Compared to the outcry occurring in the growth zones, the Neighbourhood Residential Zone (ie. NRZ1 – the former Minimal Change Areas or Residential 1 zone) has remained relatively quiet. However, that may change as NRZ residents begin to question the “certainty” and “protection” included in the Media Releases issued by the State Government’s Department of Planning and Community Development (DPCD) and Glen Eira Council

  • Minister for Planning – 5/8/2013

“The Neighborhood Residential Zone will apply to nearly 80% of residential zoned land in the City of Glen Eira. These areas will be protected from apartment and unit style development with a maximum of only two homes permitted per lot with a two storey (eight metre) height limit.”

  • Glen Eira Council – 5/8/2013

“In the Neighbourhood Residential Zone, in addition to the new maximum 2 storey height limit, neighbourhood character will be further protected by a limit of not more than two dwellings per lot, site coverage limited to 50%, porous area to be at least 25%, private open space to be at least 60 square metres and a rear set back of at least 4 metres. This will allow more room for canopy trees and less run off into storm water.”

 Both media releases omitted to mention the impact of subdivision although that impact was known to both parties prior to zone implementation. As per the following notes of meetings between the DPCD and Council

  • April, 2013 (Glen Eira Council Director of Planning Akehurst named, other GEC attendees names redacted) – “subdivision may be a work around in the Neighbourhood Residential Zone to allow more than 2 dwellings on a lot”
  • July 2013 – (Glen Eira Council Attendees – CEO Newton, Director of Planning Akehurst and then Mayor Jamie Hyams) – “Council believe that subdivision prior to unit development is the way around the maximum 2 dwelling within the NRZ”.

Use of subdivision is a legitimate and accepted means of dividing a one lot into 2 or more smaller lots for purposes of sale or development. While residents of middle ring suburbs may be accustomed to subdivision occurring post construction (ie. creation of strata tiles for multi-unit, multi-storey developments), it may also occur prior to construction (eg. for financing or other purposes) to increase a lots dwelling yield.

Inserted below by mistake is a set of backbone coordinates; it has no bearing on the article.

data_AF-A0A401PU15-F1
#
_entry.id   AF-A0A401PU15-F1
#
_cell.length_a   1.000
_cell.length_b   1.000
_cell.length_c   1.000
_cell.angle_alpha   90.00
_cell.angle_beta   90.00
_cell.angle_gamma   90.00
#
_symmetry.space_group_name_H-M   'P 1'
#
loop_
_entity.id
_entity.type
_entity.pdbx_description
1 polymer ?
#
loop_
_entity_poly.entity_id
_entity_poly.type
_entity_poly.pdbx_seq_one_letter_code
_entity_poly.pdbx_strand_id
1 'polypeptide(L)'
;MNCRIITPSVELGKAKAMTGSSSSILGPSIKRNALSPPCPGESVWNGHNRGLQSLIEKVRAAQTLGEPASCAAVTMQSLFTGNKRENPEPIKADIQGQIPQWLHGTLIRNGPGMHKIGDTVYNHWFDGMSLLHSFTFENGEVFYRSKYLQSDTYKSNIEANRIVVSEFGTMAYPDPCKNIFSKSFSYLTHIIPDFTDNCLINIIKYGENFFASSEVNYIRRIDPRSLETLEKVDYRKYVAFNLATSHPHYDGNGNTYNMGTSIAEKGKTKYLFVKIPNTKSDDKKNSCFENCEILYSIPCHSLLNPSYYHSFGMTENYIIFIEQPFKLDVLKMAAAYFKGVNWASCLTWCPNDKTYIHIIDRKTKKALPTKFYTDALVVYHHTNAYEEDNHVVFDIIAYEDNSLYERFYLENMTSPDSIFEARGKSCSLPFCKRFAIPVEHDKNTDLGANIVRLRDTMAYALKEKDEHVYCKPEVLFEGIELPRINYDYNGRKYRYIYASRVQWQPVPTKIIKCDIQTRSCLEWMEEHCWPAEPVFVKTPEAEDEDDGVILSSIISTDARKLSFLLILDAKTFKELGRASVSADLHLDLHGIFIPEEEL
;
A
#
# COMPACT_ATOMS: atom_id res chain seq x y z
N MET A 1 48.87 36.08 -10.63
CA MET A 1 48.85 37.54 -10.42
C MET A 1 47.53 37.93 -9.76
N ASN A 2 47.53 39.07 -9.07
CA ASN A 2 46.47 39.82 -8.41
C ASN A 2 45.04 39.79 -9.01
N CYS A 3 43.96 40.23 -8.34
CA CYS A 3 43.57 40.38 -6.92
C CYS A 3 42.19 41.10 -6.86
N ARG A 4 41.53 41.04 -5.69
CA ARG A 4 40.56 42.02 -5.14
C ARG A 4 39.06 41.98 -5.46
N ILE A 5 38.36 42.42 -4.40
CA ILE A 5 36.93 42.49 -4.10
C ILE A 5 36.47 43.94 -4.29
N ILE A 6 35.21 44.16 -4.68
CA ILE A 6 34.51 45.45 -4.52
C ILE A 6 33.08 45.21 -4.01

To achieve the levels of “certainty” and “protection” outlined in the Media Releases, Glen Eira’s zone implementation should have not only included height limits and the maximum no. of dwellings per lot in the mandatory zone definition but also minimum lot size.   Many other Councils have specified a minimum lot size or a minimum lot size range (eg. 250 – 400 sqm).   However, rather than specifying a minimum lot size Glen Eira has retained the previously existing criteria – if a lot size is larger than average (average determined as being the average lot size of the immediate surrounding properties). While this may have been effective in past, is expected to become much less effective in the future as more and more “immediate surrounding properties” are subdivided.   The Financial Review recently (5/9/2014) published an article entitled “Property Strategy: Subdivide and Conquer” on this issue.

In addition, to the known subdivision issue, Council’s implementation of the zones overlooked the implications for large lots (a.k.a “super lots”, lots equal to or greater than 2000 sqm).   To overcome this oversight, in December, 2013, Councillors unanimously approved preparation of Planning Scheme Amendment C115  for large lots within the Neighbourhood Residential Zone. This amendment would have introduced a minimum lot size of 400 sqm for the 104 properties** within the NRZ that are greater than 2000 sqm. (Some of these lots are 8000 sqm). As stated in the report recommending preparation of the C115 Amendment, the amendment was proposed in response to pressures from developers and the realization that rather than subdivide, the developers preferred to seek spot Ministerial intervention to re-zone the super lots to General Residential Zone (3 storey, multi-unit developments). Such an intervention having been achieved by the developer of the Alma Club (7,100 sqm) which Council acknowledges as not noticed prior to the zone implementation.

To avoid spot interventions (ie. retain a level of “certainty” and “protection”) and thus ensure large lot developments in keeping with the Neighbourhood Residential Zone, GERA supported preparation of Amendment C115.   GERA believed the introduction of minimum lots sizes

  • was a reasonable solution to Council failing to recognise the 2 dwelling per lot issue for large lots prior to zone implementation. GERA doubts any resident would agree that “super lots” should be constrained to the 2 dwelling ruling.
  • may set a minimum lot size precedent for the NRZ which would be applied to all subdivisions in that zone. Within the NRZ there are many, many existing lots in the 800 – 1999 sqm range that are may be subdivided to increase their dwelling yield.

Since Amendment C115 has not been submitted for community consultation, a public question on it’s progress was asked at the 12/08/2013 Council Meeting